A common perception is that every Bhutan trek is a challenging 10-15 days spent hiking and climbing. Not so. The Dagala Thousand Lakes Trek is a five-day, very off-the-beaten-path affair that runs passed numerous high altitude lakes. The scenery is rich in bird species and flora, and the route – a bit of an insider tip so far – sits largely undisturbed by western travelers.
Tshechus are colourful festivals celebrating the Buddhist culture in Bhutan: the more you attend, the more atonement brownie points you earn. Held at diminutive Prakar, in the courtyard of the White Monkey Monastery (surely the name alone warrants a visit), this particular tshechu is very understated, but very unique. What it lacks in fanfare, it makes up in honesty to its centuries-old roots.
As with the Prakar Tshechu, this celebration is held in the east of Bhutan close to Bumthang, so you could combine the two. Unlike other tshechus that involve a lot of vivid colour and are held during the day, the Mewang (Fire Dance), a frenzied spectacle that builds to its midnight crescendo from about 8pm, is held at night, so the fire itself is the intense and very engaging focal point.
Tso-lham, which literally translates as ‘shoes’, are brilliantly coloured, handmade embroidered leather boots. Only those worn by the King and the Je Khenpo (Chief Abbot) have a yellow ankle, while the public wears red. The term Tsho-lham also applies to the art of traditional bootmaking, which is something of a vanishing practice, but an artform that’s being revived in places like Thimpu’s Zorig Chusum School.
Both are landlocked and both stretch from subtropical forest to soaring Himalayan peaks: there are similarities between Bhutan and Nepal’s physical makeup, but enough subtle differences to produce a South Asian combo that’s well worth the one-hour flight time between them. Kathmandu’s exotic chaos makes for an intriguing antidote to Bhutan’s equivalent, Thimpu, and Pokhara is a must for adrenalin junkies.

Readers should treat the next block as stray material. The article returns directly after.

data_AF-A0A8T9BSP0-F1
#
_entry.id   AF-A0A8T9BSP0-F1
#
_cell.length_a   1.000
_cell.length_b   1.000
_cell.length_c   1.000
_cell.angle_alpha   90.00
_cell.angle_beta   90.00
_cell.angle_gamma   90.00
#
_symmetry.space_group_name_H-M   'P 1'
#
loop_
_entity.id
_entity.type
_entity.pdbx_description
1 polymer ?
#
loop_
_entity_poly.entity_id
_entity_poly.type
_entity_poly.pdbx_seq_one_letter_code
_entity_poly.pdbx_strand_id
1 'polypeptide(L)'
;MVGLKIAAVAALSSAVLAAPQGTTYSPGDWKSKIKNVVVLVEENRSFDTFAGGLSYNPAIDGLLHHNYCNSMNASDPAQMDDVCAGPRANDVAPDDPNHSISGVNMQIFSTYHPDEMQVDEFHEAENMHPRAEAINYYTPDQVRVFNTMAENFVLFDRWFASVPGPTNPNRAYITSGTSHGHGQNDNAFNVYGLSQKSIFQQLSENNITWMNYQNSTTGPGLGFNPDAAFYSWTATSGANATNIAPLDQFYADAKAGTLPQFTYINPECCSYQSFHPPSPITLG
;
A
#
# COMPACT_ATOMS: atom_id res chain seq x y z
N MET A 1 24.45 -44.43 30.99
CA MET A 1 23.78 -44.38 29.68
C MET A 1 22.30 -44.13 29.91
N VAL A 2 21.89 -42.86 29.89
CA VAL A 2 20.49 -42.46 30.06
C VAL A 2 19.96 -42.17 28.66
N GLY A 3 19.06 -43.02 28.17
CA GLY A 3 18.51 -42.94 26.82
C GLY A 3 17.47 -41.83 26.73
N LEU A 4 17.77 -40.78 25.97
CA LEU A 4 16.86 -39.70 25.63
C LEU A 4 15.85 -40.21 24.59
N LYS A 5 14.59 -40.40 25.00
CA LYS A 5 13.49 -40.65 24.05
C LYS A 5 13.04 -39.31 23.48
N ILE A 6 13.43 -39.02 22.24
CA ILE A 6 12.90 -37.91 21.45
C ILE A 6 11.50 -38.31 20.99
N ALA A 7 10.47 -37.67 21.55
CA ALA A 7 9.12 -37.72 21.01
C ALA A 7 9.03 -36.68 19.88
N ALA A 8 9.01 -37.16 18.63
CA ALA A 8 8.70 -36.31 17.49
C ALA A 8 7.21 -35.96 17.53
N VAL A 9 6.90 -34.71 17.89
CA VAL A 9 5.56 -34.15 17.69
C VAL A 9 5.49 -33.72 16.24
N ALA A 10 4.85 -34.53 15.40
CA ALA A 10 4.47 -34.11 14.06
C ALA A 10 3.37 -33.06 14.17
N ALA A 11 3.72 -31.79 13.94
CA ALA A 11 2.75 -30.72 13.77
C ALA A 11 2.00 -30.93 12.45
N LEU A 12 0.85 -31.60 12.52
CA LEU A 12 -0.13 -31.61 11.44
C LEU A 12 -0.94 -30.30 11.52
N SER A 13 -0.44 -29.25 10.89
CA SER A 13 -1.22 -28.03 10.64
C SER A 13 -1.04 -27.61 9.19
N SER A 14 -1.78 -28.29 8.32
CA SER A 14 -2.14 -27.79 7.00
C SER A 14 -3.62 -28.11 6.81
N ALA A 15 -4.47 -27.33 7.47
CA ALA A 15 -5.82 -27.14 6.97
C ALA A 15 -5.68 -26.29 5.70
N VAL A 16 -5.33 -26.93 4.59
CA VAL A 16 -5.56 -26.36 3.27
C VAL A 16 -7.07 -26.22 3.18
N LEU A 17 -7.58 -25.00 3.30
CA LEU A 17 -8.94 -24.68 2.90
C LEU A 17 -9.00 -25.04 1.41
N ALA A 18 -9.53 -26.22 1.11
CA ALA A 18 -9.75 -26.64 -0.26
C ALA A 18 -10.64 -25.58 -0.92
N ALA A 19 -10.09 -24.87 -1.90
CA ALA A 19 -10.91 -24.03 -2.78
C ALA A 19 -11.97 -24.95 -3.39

Bhutan is a land of dzongs: very grand fortress architecture seen throughout the kingdom. You wouldn’t want to miss them – Trongsa dzong is a mammoth complex built on a spur overlooking the gorge of the Mangde River, and the dzong at Punakha is approached via an incredible wooden cantilever bridge. Our advice? Preserve your dzong zest by picking the ones you really want to see.
Bhutan’s strong sense of national identity is probably as much to do with isolation and fear of invasion, as it is their greatest legacy: the concept of Gross National Happiness. That said, no other nation has founded such happiness on the basis of simplicity and, together with good governance, a strong environmental commitment, and the preservation of what makes them, well… them, they’re certainly doing something right.
Held on the banks of the Wang Chhu River, this is the largest domestic market for farm produce in Bhutan and is a world away from roadside sacks of chili. Comprising 400 stalls set over two stories, one corner of the market – you’ll smell it when you get there – is reserved for fish, meat, and even the odd yak leg. A sight to behold.
You’ll find ‘5*’ hotels scattered in the higher traffic areas of western central Bhutan, but they’re not 5* in comparison to Europe and they charge an arm and a leg, perpetuating the myth that Bhutan is vastly expensive. Yes, there’s daily traveler fee of $250, but if you couple that with heritage properties, log cabins or homestays run by locals, barely any costs are added and you’ll have a much more authentic experience.
Guaranteed, the words ‘ema datse’ will ring in the ears of any visitor to Bhutan within minutes. The country’s national dish, traditional ema datse is fresh Himalayan yak’s cheese cooked not just with chili, but also with fresh vegetables and potatoes. ‘Classic’ renditions of the dish across urban Bhutan are often made with imported factory-processed cheddar cheese and are not what they’re cracked up to be.
Gho, the national dress for Bhutanese men is a versatile traditional outfit. Some 7 out of 10 western travelers make the gho a compulsory item on their souvenir shopping-list, but most end up buying an off-the-rack import and never wearing it. If you want one, get one made from a local tailor and give something back to the community.
The Bhutanese are a people for whom the ban on TV and internet was only lifted in 1999; there is little point in staying connected there and your empty pleas for ‘phone reception’ will likely be met with confusion. You are in Bhutan: speak to the locals and live for the mysticism that surrounds you - updating your facebook status can wait.